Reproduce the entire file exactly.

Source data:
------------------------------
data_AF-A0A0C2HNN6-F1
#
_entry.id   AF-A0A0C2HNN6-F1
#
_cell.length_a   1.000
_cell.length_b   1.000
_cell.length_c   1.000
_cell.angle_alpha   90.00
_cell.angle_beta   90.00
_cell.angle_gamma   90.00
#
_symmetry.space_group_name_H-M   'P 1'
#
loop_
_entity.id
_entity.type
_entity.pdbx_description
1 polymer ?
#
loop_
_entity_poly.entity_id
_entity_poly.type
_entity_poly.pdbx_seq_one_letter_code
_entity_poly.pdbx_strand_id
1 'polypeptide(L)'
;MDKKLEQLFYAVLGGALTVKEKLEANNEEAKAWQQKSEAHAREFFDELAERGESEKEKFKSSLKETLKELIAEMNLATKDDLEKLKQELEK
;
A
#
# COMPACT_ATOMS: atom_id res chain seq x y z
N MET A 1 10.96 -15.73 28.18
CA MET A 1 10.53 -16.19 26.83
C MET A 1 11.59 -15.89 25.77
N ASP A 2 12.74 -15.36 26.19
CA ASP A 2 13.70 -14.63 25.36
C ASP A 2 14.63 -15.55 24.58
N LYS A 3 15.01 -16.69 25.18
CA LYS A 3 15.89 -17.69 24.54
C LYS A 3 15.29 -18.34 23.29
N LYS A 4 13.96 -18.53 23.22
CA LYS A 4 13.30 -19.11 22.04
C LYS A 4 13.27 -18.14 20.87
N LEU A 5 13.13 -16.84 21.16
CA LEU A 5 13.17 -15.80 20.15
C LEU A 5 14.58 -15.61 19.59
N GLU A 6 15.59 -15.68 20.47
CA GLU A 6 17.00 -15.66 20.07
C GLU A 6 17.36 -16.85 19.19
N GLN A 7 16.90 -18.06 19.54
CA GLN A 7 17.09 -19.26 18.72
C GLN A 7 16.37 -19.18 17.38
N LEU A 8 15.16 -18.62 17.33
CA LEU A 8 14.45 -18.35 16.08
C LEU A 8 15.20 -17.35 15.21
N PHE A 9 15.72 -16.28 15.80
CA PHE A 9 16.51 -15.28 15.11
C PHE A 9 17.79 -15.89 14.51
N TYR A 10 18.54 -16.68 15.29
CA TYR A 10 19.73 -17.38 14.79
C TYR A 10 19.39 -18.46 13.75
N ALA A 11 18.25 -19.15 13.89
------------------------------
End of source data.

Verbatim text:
data_AF-A0A0C2HNN6-F1
#
_entry.id   AF-A0A0C2HNN6-F1
#
_cell.length_a   1.000
_cell.length_b   1.000
_cell.length_c   1.000
_cell.angle_alpha   90.00
_cell.angle_beta   90.00
_cell.angle_gamma   90.00
#
_symmetry.space_group_name_H-M   'P 1'
#
loop_
_entity.id
_entity.type
_entity.pdbx_description
1 polymer ?
#
loop_
_entity_poly.entity_id
_entity_poly.type
_entity_poly.pdbx_seq_one_letter_code
_entity_poly.pdbx_strand_id
1 'polypeptide(L)'
;MDKKLEQLFYAVLGGALTVKEKLEANNEEAKAWQQKSEAHAREFFDELAERGESEKEKFKSSLKETLKELIAEMNLATKDDLEKLKQELEK
;
A
#
# COMPACT_ATOMS: atom_id res chain seq x y z
N MET A 1 10.96 -15.73 28.18
CA MET A 1 10.53 -16.19 26.83
C MET A 1 11.59 -15.89 25.77
N ASP A 2 12.74 -15.36 26.19
CA ASP A 2 13.70 -14.63 25.36
C ASP A 2 14.63 -15.55 24.58
N LYS A 3 15.01 -16.69 25.18
CA LYS A 3 15.89 -17.69 24.54
C LYS A 3 15.29 -18.34 23.29
N LYS A 4 13.96 -18.53 23.22
CA LYS A 4 13.30 -19.11 22.04
C LYS A 4 13.27 -18.14 20.87
N LEU A 5 13.13 -16.84 21.16
CA LEU A 5 13.17 -15.80 20.15
C LEU A 5 14.58 -15.61 19.59
N GLU A 6 15.59 -15.68 20.47
CA GLU A 6 17.00 -15.66 20.07
C GLU A 6 17.36 -16.85 19.19
N GLN A 7 16.90 -18.06 19.54
CA GLN A 7 17.09 -19.26 18.72
C GLN A 7 16.37 -19.18 17.38
N LEU A 8 15.16 -18.62 17.33
CA LEU A 8 14.45 -18.35 16.08
C LEU A 8 15.20 -17.35 15.21
N PHE A 9 15.72 -16.28 15.80
CA PHE A 9 16.51 -15.28 15.11
C PHE A 9 17.79 -15.89 14.51
N TYR A 10 18.54 -16.68 15.29
CA TYR A 10 19.73 -17.38 14.79
C TYR A 10 19.39 -18.46 13.75
N ALA A 11 18.25 -19.15 13.89